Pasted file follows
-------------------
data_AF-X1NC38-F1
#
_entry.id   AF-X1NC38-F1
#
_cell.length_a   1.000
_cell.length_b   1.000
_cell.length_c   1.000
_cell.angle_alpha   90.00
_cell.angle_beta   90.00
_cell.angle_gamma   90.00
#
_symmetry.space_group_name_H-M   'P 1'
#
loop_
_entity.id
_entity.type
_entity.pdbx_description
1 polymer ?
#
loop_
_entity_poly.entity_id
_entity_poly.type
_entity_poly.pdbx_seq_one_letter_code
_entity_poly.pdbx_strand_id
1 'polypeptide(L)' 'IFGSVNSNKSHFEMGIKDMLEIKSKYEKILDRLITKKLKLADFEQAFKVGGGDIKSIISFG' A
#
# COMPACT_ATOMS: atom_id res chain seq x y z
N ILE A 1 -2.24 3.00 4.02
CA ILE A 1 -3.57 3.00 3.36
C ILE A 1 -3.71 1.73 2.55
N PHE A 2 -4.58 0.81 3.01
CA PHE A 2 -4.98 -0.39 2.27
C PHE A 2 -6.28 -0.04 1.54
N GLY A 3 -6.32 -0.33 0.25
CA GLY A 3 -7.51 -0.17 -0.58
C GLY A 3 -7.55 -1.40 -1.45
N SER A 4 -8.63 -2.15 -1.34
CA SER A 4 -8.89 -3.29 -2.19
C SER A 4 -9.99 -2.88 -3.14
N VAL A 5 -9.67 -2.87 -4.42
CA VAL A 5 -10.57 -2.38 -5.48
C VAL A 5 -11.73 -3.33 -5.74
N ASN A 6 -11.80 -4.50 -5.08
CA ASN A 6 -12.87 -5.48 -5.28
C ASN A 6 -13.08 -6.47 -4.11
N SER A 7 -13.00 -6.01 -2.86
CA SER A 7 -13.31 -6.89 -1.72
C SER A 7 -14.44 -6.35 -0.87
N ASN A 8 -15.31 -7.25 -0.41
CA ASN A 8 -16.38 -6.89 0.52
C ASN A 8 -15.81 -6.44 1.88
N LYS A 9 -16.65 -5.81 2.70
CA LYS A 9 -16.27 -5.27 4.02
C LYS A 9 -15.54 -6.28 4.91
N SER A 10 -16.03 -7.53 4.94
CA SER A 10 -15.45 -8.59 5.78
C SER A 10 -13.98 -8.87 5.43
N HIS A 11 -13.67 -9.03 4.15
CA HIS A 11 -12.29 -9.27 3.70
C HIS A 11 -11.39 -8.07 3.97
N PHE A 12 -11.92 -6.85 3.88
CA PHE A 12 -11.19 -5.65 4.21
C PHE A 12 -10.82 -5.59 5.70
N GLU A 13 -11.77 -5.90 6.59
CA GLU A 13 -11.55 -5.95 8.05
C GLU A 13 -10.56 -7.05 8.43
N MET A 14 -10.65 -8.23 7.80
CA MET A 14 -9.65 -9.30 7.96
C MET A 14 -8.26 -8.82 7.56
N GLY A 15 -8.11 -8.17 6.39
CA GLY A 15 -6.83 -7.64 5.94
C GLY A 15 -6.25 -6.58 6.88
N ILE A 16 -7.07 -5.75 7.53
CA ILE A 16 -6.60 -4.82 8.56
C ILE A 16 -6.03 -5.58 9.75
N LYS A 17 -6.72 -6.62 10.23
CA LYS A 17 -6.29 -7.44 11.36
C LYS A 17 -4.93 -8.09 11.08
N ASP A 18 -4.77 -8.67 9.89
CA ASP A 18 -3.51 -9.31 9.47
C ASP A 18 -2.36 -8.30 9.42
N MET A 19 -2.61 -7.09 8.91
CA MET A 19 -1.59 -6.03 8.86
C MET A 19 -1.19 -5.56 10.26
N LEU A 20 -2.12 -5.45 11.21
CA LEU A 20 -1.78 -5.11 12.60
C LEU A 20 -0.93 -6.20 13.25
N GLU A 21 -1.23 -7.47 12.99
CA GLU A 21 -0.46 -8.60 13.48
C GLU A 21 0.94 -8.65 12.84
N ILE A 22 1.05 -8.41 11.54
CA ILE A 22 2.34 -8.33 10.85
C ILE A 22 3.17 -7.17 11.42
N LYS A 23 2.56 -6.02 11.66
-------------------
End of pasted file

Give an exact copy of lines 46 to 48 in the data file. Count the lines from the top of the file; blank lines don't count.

N SER A 7 -13.00 -6.01 -2.86
CA SER A 7 -13.31 -6.89 -1.72
C SER A 7 -14.44 -6.35 -0.87